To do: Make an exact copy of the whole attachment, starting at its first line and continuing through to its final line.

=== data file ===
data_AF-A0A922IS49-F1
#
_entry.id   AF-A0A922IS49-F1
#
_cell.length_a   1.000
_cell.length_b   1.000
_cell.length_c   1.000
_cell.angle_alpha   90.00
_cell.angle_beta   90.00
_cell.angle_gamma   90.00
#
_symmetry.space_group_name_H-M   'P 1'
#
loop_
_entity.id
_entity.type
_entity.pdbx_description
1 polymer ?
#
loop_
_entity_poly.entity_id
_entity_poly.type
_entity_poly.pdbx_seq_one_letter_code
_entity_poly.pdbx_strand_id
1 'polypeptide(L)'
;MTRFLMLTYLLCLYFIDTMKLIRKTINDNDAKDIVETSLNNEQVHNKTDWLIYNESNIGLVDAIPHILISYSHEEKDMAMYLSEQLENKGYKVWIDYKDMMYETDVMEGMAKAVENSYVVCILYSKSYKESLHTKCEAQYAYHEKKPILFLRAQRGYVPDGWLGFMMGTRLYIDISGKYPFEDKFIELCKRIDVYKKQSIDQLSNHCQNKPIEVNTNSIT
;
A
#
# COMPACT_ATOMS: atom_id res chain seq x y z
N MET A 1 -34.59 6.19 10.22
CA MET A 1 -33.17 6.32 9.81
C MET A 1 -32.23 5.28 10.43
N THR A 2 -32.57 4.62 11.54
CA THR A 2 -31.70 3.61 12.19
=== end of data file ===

data_AF-A0A922IS49-F1
#
_entry.id   AF-A0A922IS49-F1
#
_cell.length_a   1.000
_cell.length_b   1.000
_cell.length_c   1.000
_cell.angle_alpha   90.00
_cell.angle_beta   90.00
_cell.angle_gamma   90.00
#
_symmetry.space_group_name_H-M   'P 1'
#
loop_
_entity.id
_entity.type
_entity.pdbx_description
1 polymer ?
#
loop_
_entity_poly.entity_id
_entity_poly.type
_entity_poly.pdbx_seq_one_letter_code
_entity_poly.pdbx_strand_id
1 'polypeptide(L)'
;MTRFLMLTYLLCLYFIDTMKLIRKTINDNDAKDIVETSLNNEQVHNKTDWLIYNESNIGLVDAIPHILISYSHEEKDMAMYLSEQLENKGYKVWIDYKDMMYETDVMEGMAKAVENSYVVCILYSKSYKESLHTKCEAQYAYHEKKPILFLRAQRGYVPDGWLGFMMGTRLYIDISGKYPFEDKFIELCKRIDVYKKQSIDQLSNHCQNKPIEVNTNSIT
;
A
#
# COMPACT_ATOMS: atom_id res chain seq x y z
N MET A 1 -34.59 6.19 10.22
CA MET A 1 -33.17 6.32 9.81
C MET A 1 -32.23 5.28 10.43
N THR A 2 -32.57 4.62 11.54
CA THR A 2 -31.70 3.61 12.19